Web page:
Such work becomes vulnerable as soon as it becomes public. There is a risk in taking sides. It is not enough just to 'call for anthropology that breaks your heart' [citing Behar], or to insert the personal into the ethnographic, tell stories that move people to tears. It is not 'born of regret, fear, self-loathing and anger' but instead 'angers the reader'', challenges the reader to take action to consider 'how the moral terms of the self are constituted'. It dares to criticise the status quo using 'the particular and the personal as vehicles' [apparently Jackson openly recognises his daughters gesture throwing cigarettes at the aboriginal 'as an instance of perceived cultural prejudice' — okay, but he could have looked equally at the conditions in which aboriginals work or their alcohol dependence].

This is a modernist vulnerability [somehow on Jackson's part!]. It's the bad old division between private troubles and public issues. We make ourselves vulnerable if we make private experiences public. Behar illustrates the presence of 'a gendered multilayered self, hiding behind many masks; a self with much to lose if  too much emotion is displayed'. Does this still makes sense in a post-modern age 'when nothing is hidden or invisible', where freedom means 'there is nothing any longer left to lose, as Kris Kristopherson tells in his famous road song "Me and Bobby McGee"' [Jesus] (514). Luckily, there is a 'higher purpose' in all this, where we use our 'experiences for social criticism, for imagining new configurations of the morally sacred self'.

This sort of vulnerable and performative ethnography [new characteristics?] represents a call to action and 'morally informed social criticism'; asks the ethnographer 'to always connect good and bad stories to the circumstances of the media, to history, to culture and political economy' [what the fuck do you actually do — assumes quite an encyclopaedic knowledge, and how do we get knowledge of those circumstances exactly?]. This is a structural move which helps contextualise the story [why is that important?] — because it shows conditions that need change, 'providing the grounds for moving from the particular (the singular) to the universal' [Sartre again?]

We need to produce 'mystory accounts, multimedia, personal texts grafted into scholarly, scientific, media, and popular culture discourses' [what does 'grafted' mean exactly — it seems as vague as diffraction]. These will act as 'personal mythologies, improvised and rehearsed public performance stories'. They should 'begin with the sting of personal memory, epiphanies, and existential crises in the person's biography', then move into critical readings of various systems of discourse, 'personal, community, popular and expert' which have offered interpretations of these experiences. This will develop empowerment and help the writer claim ownership over stories previously claimed by other systems of discourse.

'The truth of these new texts is determined pragmatically, by their truth effects, by the critical, moral discourse they produce' [so most of them have failed then?] which means the empathy they generate and the exchanges of experience they enable, and how they help develop social bonds [according to Jackson again]. The point is not to try to mirror the world as it really is, because that world has already constructed through narratives. Performative ethnography tries to 'locate and represent the gendered, sacred self in its ethical relationships to nature' and this can be done through exploring other forms of writing — 'personal diaries, nature writing, and performance texts anchored in the natural world' [which closes the circle]. These texts should be written in the first person, from the point of view of the ethnographer, and 'focus on performance and experience as the sites of meaning'.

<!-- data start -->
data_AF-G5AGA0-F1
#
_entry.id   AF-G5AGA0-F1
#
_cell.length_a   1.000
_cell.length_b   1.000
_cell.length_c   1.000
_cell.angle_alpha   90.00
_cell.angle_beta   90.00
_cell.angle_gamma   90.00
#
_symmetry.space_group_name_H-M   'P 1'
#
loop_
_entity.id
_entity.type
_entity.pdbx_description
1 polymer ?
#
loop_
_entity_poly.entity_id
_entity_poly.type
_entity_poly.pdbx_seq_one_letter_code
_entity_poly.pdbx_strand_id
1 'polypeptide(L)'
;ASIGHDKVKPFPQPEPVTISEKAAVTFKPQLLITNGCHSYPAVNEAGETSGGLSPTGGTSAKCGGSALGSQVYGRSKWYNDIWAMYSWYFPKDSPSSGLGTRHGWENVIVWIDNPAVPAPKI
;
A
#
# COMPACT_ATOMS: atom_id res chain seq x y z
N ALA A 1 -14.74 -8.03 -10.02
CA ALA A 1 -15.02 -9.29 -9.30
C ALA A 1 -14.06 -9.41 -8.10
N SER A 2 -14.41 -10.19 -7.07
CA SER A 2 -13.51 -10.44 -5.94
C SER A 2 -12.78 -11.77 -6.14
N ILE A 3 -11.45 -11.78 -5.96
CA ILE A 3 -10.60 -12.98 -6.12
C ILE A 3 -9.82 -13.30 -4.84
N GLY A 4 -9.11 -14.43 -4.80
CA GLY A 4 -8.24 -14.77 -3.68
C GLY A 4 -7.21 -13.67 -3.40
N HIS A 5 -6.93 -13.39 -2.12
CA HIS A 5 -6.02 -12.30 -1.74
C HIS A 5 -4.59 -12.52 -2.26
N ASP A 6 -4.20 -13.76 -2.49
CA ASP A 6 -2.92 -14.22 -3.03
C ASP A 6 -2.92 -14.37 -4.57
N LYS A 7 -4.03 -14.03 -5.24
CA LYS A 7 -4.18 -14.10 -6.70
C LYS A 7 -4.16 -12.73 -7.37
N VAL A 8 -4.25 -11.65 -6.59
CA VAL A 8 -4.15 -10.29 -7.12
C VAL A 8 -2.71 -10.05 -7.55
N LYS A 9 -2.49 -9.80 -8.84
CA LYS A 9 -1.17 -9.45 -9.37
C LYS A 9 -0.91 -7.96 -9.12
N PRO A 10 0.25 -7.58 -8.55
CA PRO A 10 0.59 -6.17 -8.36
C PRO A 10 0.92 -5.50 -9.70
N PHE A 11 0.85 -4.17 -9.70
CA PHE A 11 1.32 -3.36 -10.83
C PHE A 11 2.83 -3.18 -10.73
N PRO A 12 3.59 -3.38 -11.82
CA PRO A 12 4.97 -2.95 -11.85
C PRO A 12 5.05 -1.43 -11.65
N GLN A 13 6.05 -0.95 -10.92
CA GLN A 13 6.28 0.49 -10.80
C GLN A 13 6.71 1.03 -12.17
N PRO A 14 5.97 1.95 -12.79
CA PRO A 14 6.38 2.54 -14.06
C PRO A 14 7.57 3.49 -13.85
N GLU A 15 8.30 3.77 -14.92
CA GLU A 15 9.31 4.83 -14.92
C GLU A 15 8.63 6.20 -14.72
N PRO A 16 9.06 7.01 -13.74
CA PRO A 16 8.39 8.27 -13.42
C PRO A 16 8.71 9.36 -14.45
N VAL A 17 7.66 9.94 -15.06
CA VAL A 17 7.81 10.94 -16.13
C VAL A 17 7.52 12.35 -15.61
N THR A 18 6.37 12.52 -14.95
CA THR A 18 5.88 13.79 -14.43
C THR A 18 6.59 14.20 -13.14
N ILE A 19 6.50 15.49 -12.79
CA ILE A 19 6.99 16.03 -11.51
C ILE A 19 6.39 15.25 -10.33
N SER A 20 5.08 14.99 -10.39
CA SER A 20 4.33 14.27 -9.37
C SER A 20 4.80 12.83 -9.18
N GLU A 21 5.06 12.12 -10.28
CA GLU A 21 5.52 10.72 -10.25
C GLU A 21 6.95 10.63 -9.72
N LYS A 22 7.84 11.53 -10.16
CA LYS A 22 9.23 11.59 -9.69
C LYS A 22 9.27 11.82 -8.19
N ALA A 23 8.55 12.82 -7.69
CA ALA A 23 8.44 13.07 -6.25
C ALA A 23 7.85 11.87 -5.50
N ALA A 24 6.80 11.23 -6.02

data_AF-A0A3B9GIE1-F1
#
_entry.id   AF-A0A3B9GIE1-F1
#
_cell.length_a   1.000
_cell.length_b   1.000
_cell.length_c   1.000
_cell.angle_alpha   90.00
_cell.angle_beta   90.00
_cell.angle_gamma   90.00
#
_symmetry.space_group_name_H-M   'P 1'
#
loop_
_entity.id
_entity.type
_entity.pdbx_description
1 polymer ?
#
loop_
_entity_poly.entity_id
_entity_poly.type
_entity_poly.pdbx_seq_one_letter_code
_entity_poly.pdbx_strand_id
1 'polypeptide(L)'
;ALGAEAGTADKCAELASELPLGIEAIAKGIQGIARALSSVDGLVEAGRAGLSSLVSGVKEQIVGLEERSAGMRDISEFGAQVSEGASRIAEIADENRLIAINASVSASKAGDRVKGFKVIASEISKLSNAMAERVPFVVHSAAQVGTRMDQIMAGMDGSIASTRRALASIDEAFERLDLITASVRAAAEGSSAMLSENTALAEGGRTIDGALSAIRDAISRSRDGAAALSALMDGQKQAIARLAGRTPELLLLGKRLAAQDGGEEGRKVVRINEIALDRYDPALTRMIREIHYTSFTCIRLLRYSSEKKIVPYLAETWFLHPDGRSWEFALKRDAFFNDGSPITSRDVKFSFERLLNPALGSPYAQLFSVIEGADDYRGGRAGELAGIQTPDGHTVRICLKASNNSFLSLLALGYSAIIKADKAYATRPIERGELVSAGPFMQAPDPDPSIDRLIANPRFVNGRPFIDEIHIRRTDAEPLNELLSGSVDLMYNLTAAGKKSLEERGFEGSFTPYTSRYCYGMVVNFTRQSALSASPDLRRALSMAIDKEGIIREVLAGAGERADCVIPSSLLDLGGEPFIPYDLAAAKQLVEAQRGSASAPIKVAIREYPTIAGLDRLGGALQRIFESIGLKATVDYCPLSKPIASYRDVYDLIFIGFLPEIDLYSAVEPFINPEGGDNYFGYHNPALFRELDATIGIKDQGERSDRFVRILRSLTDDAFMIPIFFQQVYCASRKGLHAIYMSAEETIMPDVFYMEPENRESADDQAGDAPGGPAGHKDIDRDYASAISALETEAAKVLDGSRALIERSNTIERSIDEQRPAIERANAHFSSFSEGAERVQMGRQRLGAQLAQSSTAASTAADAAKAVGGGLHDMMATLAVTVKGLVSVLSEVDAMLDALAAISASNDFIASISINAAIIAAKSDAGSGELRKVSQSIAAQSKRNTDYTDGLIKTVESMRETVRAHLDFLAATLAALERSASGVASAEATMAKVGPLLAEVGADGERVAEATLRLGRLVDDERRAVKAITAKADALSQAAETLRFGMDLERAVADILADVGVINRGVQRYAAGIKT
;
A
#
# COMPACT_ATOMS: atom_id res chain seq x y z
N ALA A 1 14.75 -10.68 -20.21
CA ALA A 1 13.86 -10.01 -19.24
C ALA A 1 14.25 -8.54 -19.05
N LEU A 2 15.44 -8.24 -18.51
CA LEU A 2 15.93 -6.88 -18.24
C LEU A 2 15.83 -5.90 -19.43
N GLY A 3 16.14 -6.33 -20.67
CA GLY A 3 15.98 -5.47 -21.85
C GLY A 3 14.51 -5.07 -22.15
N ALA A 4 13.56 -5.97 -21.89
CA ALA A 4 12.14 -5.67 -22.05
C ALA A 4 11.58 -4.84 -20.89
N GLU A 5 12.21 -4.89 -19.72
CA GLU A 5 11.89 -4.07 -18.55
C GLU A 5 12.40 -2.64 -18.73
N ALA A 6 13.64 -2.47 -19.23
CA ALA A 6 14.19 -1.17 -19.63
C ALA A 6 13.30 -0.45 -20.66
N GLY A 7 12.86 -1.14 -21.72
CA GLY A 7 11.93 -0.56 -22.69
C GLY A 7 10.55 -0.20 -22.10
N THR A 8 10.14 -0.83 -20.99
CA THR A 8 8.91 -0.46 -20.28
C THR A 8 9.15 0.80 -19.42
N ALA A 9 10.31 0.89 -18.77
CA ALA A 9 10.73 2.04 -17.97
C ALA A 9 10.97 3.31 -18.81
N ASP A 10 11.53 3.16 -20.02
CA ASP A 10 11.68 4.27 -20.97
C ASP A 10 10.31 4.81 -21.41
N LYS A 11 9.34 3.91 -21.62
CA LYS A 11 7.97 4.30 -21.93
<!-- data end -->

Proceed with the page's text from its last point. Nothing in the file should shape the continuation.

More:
Then an example of his own set of stories, part of his project called 'Performing Montana'. [It's really a story of how they bought a cabin in Montana, what the surroundings looked like, how flowers grew in the fields, how the snowmelt created raging rivers. 'Our little corner of Montana is a sacred place… Where wonderful things happen, and they happen when we perform them' {ie walk about}. We 'bring a sacred self into place. We enact nature through the very act of walking in the forest', creating 'an embodied relationship to this natural world'. Nature enacts itself 'showing me how to be one with her' (516). Rawlins is quoted for more romantic stuff about how the wind brushes past, a bird calls, a doe and fawn step into the meadow 'and, "somewhere lawless animal's cross boundaries without a blink"'. They 'watch in wonder'as a moose appears with her young. Nelson is cited to remember that people moving in nature are never truly alone. He thinks of this while fishing illegally and watching four deer. He struggles to put words to these images. He remembers a photo of his grandparents in a park, fishing. He enjoys the mountains because he grew up on the prairies. They often flooded and these watrers were destructive, reminding humans this was not their territory. He dreams himself back into his grandfather's photo. He watches the river. He watches kayakers. He likes looking at maps of how the rivers empty into each other and this brings him back to his childhood again]

So, [in order to generate this romantic crap?] 'We must learn how to enact an enabling, interpretive ethnography that aspires to higher, sacred goals' we have to do this as we enter the 21st century, but we may not be able to meet the challenge, especially if we lack '"intelligence, humour, imagination, courage, tolerance, love, respect"' [quoting West].